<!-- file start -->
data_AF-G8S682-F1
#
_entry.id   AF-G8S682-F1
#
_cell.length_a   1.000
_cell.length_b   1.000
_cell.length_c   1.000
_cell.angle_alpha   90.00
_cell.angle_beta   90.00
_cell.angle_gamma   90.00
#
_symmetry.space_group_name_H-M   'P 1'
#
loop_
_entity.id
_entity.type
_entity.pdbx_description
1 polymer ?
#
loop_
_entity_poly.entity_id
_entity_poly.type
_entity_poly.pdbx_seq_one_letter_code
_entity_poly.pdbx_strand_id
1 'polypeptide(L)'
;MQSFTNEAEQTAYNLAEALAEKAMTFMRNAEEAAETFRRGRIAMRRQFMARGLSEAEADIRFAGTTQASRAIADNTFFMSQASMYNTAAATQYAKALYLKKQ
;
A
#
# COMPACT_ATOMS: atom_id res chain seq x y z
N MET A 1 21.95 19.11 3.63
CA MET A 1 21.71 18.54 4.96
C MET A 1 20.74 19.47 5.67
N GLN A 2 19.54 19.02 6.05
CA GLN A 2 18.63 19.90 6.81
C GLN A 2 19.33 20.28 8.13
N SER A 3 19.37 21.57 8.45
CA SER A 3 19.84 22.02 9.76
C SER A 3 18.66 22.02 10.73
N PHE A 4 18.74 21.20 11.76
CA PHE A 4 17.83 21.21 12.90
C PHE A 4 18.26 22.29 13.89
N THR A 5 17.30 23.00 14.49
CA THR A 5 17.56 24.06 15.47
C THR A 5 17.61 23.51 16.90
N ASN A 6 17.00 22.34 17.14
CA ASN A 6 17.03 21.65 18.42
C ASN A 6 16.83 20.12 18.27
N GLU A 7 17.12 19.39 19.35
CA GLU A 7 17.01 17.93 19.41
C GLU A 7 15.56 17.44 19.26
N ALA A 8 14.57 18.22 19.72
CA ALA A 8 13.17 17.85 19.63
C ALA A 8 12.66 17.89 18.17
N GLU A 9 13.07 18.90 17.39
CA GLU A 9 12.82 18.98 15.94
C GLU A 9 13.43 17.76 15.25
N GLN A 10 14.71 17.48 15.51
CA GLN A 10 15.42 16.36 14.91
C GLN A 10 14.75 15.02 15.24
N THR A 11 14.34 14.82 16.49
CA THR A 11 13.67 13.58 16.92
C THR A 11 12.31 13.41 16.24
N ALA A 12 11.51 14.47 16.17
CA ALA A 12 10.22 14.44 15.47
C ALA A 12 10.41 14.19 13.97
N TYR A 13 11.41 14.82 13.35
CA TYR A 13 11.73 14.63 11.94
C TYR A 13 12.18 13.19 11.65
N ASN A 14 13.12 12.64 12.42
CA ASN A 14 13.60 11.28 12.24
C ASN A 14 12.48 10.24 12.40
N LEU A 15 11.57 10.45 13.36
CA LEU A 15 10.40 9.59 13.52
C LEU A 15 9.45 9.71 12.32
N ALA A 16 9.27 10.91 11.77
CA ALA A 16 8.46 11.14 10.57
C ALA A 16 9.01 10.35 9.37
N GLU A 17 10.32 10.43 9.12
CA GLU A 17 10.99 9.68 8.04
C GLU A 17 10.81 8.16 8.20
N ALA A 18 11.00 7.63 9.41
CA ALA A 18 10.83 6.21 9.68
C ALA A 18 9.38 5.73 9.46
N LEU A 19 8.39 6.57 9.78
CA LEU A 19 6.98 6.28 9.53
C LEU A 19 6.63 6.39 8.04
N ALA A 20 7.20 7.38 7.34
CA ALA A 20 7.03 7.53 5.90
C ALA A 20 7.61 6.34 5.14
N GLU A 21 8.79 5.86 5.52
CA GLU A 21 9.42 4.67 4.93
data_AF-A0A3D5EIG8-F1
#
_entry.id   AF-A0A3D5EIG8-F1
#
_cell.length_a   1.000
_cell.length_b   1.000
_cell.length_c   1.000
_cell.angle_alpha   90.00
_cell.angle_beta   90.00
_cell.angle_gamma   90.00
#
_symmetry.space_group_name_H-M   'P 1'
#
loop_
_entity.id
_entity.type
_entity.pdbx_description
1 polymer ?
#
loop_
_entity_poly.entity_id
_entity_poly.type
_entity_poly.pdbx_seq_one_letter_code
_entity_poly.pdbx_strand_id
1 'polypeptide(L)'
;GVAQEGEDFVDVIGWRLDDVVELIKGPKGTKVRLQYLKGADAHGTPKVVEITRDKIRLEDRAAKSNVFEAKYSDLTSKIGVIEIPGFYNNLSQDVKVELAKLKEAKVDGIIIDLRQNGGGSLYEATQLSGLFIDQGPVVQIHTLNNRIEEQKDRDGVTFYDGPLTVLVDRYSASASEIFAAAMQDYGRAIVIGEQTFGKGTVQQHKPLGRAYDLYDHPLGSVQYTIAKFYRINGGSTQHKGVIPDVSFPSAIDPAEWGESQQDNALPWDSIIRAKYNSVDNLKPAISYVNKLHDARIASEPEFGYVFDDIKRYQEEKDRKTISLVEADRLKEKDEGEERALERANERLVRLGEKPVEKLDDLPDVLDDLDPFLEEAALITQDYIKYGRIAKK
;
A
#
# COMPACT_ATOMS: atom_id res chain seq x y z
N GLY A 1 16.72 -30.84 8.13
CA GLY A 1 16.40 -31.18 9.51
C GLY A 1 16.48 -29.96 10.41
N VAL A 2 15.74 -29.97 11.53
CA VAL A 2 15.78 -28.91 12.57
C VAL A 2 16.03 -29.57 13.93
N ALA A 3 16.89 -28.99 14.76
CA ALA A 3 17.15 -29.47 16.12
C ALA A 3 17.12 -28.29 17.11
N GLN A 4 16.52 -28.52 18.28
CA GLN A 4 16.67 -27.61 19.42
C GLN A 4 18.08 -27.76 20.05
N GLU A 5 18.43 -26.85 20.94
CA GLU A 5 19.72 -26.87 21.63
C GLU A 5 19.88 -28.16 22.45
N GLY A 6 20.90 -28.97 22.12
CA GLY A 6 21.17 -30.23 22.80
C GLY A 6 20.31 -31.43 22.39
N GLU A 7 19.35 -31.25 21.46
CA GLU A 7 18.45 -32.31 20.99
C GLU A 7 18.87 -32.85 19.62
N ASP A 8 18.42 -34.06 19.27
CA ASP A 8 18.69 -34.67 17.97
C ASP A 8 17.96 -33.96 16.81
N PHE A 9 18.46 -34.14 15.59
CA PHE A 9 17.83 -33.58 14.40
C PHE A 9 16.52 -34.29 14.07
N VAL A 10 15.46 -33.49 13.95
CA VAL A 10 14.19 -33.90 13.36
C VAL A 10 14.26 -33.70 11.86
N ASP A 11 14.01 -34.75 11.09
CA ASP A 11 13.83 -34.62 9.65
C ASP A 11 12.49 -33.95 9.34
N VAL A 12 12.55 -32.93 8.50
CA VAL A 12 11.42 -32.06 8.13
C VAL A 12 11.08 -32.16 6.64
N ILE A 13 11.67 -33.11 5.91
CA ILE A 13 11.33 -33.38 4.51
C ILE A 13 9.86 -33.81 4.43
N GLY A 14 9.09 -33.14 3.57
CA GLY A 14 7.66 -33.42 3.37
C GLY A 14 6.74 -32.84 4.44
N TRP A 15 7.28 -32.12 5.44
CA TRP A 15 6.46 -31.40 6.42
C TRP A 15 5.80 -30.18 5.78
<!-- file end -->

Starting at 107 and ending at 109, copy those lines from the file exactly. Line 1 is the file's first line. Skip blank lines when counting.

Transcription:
_entity.id
_entity.type
_entity.pdbx_description